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Chanting

Seven times each day, Trappist Monks gather in the chapel for small services of communal prayer called Offices or Hours. Music plays a great role in the Offices as the monks consider chanting as "sung prayer".

The chant differs from most music because of its free rhythm and simple form. Different types of chants are chosen to suit the office and the different parts of the mass. For most of the chanting the cantor leads and the rest of the choir responds. Traditionally chanting was just the monks’ voices. Certain orders like the Trappistes, have an organ which accompanies some of the chanting with simple chordal background.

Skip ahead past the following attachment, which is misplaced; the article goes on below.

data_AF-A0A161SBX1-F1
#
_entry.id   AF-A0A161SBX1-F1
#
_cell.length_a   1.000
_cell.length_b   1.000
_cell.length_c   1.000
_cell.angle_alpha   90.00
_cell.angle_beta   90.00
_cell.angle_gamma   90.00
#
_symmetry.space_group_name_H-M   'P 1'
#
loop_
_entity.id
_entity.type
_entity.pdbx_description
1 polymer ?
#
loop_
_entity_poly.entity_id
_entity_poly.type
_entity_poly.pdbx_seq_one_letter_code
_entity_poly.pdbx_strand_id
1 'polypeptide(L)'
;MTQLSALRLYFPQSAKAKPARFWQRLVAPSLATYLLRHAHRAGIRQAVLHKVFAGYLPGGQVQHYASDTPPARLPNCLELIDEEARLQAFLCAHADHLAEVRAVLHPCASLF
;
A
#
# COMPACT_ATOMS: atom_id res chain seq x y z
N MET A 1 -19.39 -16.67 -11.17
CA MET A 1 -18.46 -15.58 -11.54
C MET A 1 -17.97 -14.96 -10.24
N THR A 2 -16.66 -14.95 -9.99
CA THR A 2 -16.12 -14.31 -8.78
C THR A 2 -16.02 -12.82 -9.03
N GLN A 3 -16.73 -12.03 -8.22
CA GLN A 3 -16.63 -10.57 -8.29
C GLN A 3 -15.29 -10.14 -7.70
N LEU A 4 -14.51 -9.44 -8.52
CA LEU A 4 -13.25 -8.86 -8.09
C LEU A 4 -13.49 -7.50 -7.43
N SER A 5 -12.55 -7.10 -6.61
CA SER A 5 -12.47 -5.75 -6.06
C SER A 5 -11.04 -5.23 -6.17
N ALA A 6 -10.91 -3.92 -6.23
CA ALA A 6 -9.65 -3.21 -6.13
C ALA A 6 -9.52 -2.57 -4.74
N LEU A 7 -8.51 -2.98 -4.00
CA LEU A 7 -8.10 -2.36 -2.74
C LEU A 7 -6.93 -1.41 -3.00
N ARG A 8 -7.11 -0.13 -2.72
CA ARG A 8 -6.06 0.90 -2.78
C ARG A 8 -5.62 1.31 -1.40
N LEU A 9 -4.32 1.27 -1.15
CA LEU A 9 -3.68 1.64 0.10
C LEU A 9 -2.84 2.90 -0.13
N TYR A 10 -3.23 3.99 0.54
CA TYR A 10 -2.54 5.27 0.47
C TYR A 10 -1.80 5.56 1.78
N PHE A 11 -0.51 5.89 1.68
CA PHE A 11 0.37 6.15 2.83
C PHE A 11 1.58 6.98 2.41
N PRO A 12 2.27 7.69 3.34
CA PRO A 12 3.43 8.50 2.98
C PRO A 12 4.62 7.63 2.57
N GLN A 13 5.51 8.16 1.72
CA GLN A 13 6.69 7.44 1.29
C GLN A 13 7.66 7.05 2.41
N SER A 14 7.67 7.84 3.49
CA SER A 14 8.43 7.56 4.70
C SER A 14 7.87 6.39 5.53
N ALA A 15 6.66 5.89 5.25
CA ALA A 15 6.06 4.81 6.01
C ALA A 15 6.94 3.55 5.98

In the monastic chapel, the Monks sit in two sets of stalls facing each other. At the back of the chapel is a section for visitors who are offered copies of the chant books and welcomed to join their voices with the monks. Raising our voices in song gives life to the spoken word.

A more experienced musical historian will point to examples of categories of chant: antiphon, response, hymn. Equally, different forms of prayers are chanted daily: psalms, Salve Regina, Pater Noster. The mass itself is also divided into musical parts such as Kyrie, Agnus Dei.

Notes

1. "...and let us stand to sing the psalms in such a way
that our minds are in harmonie with our voices."
Rule of St. Benedict #19

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